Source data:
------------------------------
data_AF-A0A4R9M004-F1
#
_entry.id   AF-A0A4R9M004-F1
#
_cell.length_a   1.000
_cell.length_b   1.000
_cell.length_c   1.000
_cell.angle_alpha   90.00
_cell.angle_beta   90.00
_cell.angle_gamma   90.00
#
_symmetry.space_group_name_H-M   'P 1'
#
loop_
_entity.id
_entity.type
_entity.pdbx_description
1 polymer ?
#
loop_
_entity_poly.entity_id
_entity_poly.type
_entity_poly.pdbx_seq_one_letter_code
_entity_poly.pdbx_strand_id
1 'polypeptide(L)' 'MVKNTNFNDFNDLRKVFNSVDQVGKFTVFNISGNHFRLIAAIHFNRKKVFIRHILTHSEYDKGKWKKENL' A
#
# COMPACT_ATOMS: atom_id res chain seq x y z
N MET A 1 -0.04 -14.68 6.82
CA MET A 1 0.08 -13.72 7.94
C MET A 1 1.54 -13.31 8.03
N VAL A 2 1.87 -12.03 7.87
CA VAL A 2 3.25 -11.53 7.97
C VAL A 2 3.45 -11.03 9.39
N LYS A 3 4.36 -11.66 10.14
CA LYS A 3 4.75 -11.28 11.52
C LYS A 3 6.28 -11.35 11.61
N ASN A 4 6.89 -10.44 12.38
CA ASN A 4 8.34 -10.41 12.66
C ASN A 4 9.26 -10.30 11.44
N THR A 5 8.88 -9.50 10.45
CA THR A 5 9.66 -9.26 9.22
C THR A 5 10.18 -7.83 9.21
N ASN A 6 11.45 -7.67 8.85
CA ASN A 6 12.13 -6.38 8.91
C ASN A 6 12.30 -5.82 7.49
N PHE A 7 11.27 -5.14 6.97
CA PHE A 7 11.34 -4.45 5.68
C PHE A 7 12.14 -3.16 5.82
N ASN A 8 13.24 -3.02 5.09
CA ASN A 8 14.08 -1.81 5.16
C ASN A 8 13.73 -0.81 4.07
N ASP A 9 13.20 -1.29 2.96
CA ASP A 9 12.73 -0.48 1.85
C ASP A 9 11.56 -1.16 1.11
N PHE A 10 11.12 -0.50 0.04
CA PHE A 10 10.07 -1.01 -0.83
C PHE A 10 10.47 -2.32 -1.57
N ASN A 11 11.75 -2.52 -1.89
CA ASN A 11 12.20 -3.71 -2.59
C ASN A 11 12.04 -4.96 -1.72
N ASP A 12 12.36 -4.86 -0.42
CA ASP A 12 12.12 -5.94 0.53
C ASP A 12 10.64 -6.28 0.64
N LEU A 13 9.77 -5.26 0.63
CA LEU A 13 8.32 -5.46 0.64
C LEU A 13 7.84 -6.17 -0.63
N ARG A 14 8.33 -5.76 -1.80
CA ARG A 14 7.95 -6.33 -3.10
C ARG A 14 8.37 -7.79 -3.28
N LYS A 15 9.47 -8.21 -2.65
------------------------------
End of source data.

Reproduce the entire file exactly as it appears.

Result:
data_AF-A0A4R9M004-F1
#
_entry.id   AF-A0A4R9M004-F1
#
_cell.length_a   1.000
_cell.length_b   1.000
_cell.length_c   1.000
_cell.angle_alpha   90.00
_cell.angle_beta   90.00
_cell.angle_gamma   90.00
#
_symmetry.space_group_name_H-M   'P 1'
#
loop_
_entity.id
_entity.type
_entity.pdbx_description
1 polymer ?
#
loop_
_entity_poly.entity_id
_entity_poly.type
_entity_poly.pdbx_seq_one_letter_code
_entity_poly.pdbx_strand_id
1 'polypeptide(L)' 'MVKNTNFNDFNDLRKVFNSVDQVGKFTVFNISGNHFRLIAAIHFNRKKVFIRHILTHSEYDKGKWKKENL' A
#
# COMPACT_ATOMS: atom_id res chain seq x y z
N MET A 1 -0.04 -14.68 6.82
CA MET A 1 0.08 -13.72 7.94
C MET A 1 1.54 -13.31 8.03
N VAL A 2 1.87 -12.03 7.87
CA VAL A 2 3.25 -11.53 7.97
C VAL A 2 3.45 -11.03 9.39
N LYS A 3 4.36 -11.66 10.14
CA LYS A 3 4.75 -11.28 11.52
C LYS A 3 6.28 -11.35 11.61
N ASN A 4 6.89 -10.44 12.38
CA ASN A 4 8.34 -10.41 12.66
C ASN A 4 9.26 -10.30 11.44
N THR A 5 8.88 -9.50 10.45
CA THR A 5 9.66 -9.26 9.22
C THR A 5 10.18 -7.83 9.21
N ASN A 6 11.45 -7.67 8.85
CA ASN A 6 12.13 -6.38 8.91
C ASN A 6 12.30 -5.82 7.49
N PHE A 7 11.27 -5.14 6.97
CA PHE A 7 11.34 -4.45 5.68
C PHE A 7 12.14 -3.16 5.82
N ASN A 8 13.24 -3.02 5.09
CA ASN A 8 14.08 -1.81 5.16
C ASN A 8 13.73 -0.81 4.07
N ASP A 9 13.20 -1.29 2.96
CA ASP A 9 12.73 -0.48 1.85
C ASP A 9 11.56 -1.16 1.11
N PHE A 10 11.12 -0.50 0.04
CA PHE A 10 10.07 -1.01 -0.83
C PHE A 10 10.47 -2.32 -1.57
N ASN A 11 11.75 -2.52 -1.89
CA ASN A 11 12.20 -3.71 -2.59
C ASN A 11 12.04 -4.96 -1.72
N ASP A 12 12.36 -4.86 -0.42
CA ASP A 12 12.12 -5.94 0.53
C ASP A 12 10.64 -6.28 0.64
N LEU A 13 9.77 -5.26 0.63
CA LEU A 13 8.32 -5.46 0.64
C LEU A 13 7.84 -6.17 -0.63
N ARG A 14 8.33 -5.76 -1.80
CA ARG A 14 7.95 -6.33 -3.10
C ARG A 14 8.37 -7.79 -3.28
N LYS A 15 9.47 -8.21 -2.65